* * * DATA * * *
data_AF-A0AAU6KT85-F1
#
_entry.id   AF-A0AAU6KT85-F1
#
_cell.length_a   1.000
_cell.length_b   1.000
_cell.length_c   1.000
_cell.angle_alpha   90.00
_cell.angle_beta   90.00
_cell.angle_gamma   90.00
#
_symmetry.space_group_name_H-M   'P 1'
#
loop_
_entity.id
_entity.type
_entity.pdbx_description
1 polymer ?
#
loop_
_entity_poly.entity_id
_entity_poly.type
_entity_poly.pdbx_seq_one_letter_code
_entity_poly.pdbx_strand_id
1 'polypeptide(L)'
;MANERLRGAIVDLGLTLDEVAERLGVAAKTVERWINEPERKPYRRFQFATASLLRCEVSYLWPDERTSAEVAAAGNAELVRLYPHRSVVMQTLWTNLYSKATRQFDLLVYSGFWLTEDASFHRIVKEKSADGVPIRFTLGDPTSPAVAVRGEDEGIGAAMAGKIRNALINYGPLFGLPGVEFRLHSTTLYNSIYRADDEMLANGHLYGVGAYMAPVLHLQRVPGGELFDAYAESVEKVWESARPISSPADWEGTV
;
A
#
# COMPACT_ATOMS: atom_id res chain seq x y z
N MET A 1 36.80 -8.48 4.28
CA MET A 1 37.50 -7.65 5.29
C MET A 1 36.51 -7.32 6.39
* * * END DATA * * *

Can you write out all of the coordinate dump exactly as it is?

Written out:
data_AF-A0AAU6KT85-F1
#
_entry.id   AF-A0AAU6KT85-F1
#
_cell.length_a   1.000
_cell.length_b   1.000
_cell.length_c   1.000
_cell.angle_alpha   90.00
_cell.angle_beta   90.00
_cell.angle_gamma   90.00
#
_symmetry.space_group_name_H-M   'P 1'
#
loop_
_entity.id
_entity.type
_entity.pdbx_description
1 polymer ?
#
loop_
_entity_poly.entity_id
_entity_poly.type
_entity_poly.pdbx_seq_one_letter_code
_entity_poly.pdbx_strand_id
1 'polypeptide(L)'
;MANERLRGAIVDLGLTLDEVAERLGVAAKTVERWINEPERKPYRRFQFATASLLRCEVSYLWPDERTSAEVAAAGNAELVRLYPHRSVVMQTLWTNLYSKATRQFDLLVYSGFWLTEDASFHRIVKEKSADGVPIRFTLGDPTSPAVAVRGEDEGIGAAMAGKIRNALINYGPLFGLPGVEFRLHSTTLYNSIYRADDEMLANGHLYGVGAYMAPVLHLQRVPGGELFDAYAESVEKVWESARPISSPADWEGTV
;
A
#
# COMPACT_ATOMS: atom_id res chain seq x y z
N MET A 1 36.80 -8.48 4.28
CA MET A 1 37.50 -7.65 5.29
C MET A 1 36.51 -7.32 6.39